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China’s Largest Shadow Bank ZEG Declares Bankruptcy, Sparking Investigation



China's Largest Shadow Bank ZEG Declares Bankruptcy, Sparking Investigation

Authorities in China have opened an inquiry into one of the country’s largest shadow banks, which has given billions of dollars to real estate companies. Zhongzhi Enterprise Group (ZEG) has an asset management arm that purportedly handled more than US$139 billion at its peak.

In a statement issued over the weekend, authorities in China claim they are looking into “suspected illegal crimes” committed by execs. This comes just days after news that ZEG filed for bankruptcy protection.

The troubled company reportedly informed investors in a letter last week that its obligations – up to US$64 billion – had outstripped its assets, which are now estimated to be around US$38 billion.

Authorities in China have said they have taken “criminal coercive measures” against “many suspects,” although it is unknown who they are or what role they play in the firm. Xie Zhikun, the company’s founder, died of a heart attack in 2021.

ZEG is a key player in China’s shadow banking business, which refers to a network of lenders, brokers, and other credit intermediaries that operate outside of standard regulated banking. Unregulated shadow banking is not subject to the same risk, liquidity, and capital constraints as ordinary banks.

The Chinese shadow banking business is worth roughly $3 trillion. It frequently gives a financial lifeline to the country’s real estate sector. A severe credit constraint has affected the once-booming industry, with some of the largest enterprises now on the verge of financial disaster.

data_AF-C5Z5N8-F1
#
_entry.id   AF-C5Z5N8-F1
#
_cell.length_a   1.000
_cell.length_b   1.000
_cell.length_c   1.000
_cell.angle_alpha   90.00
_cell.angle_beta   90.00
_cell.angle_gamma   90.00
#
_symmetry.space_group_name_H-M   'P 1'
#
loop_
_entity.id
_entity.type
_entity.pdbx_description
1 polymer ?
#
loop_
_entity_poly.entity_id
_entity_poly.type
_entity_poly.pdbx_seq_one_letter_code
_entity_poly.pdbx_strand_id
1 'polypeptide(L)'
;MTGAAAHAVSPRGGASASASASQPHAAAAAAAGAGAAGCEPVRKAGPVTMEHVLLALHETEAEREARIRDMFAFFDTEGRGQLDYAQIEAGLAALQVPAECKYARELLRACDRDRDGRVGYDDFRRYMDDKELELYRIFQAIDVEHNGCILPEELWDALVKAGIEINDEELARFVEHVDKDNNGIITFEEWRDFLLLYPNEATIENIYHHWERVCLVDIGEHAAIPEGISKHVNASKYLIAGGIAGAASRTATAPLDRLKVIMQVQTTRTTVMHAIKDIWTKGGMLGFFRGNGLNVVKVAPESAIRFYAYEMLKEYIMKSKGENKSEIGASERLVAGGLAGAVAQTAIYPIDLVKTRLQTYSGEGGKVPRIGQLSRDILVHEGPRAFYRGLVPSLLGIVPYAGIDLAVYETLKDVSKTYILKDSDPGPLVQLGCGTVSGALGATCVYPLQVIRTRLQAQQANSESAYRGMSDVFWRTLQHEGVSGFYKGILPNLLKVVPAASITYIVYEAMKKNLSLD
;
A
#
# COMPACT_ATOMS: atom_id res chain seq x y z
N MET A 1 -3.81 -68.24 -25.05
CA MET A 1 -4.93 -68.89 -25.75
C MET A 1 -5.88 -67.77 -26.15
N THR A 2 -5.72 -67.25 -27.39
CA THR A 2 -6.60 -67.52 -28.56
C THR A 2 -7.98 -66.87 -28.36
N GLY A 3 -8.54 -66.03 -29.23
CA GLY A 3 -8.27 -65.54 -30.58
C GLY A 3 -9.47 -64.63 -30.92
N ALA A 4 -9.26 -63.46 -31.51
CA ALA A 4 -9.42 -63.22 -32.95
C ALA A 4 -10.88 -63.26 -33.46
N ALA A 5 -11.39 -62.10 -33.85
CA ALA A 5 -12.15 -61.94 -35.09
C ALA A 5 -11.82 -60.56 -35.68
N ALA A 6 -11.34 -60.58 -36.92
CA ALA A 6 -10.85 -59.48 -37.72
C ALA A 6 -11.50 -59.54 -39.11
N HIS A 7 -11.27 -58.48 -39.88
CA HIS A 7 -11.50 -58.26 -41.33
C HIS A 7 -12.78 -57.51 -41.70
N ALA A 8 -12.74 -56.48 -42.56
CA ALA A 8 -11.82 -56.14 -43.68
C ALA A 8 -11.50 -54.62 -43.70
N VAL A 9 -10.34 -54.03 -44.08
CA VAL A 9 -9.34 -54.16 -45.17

“China has been chasing this property bubble for several decades – and in order to create this bubble, or to fuel China’s growth, they needed capital.” As a result, they began to receive a large amount of money from individual investors providing extremely high returns. And it worked for a while because property values were rising, so it’s a win-win situation for everyone,” says Andrew Collier, an Orient Capital Research shadow banking expert.

In China’s economy, informal lending has always existed, but shadow banking grew up in the aftermath of the global financial crisis in 2008, when credit was short.

Given China’s slowing economy and the real estate sector’s turmoil, Mr Collier believes the problems at ZEG are just the beginning of a larger issue: “This is going to spread further into other forms of shadow banks and potentially into the actual real brick-and-mortar banks.”

Property developers are currently in debt to Chinese banks, amounting to up to 30% of the institutions’ assets.

“That is going to take a long time to unwind,” Mr Collier predicts.

Following the bankruptcy of property developer Evergrande and, more recently, Country Garden’s financial troubles, the latest revelations at ZEG have aroused fears of future turbulence in the world’s second-largest economy.

The property sector in China accounts for one-third of total economic activity. This comprises housing, rental and brokerage services, as well as building materials and enterprises that produce things for apartments.

According to the most recent data, China’s economy expanded by 4.9% between July and September. This is slower than the previous quarter’s growth of 6.3%.

China Investigates Major Shadow Banks Billions in Real Estate Loans

China Investigates Major Shadow Bank’s Billions in Real Estate Loans

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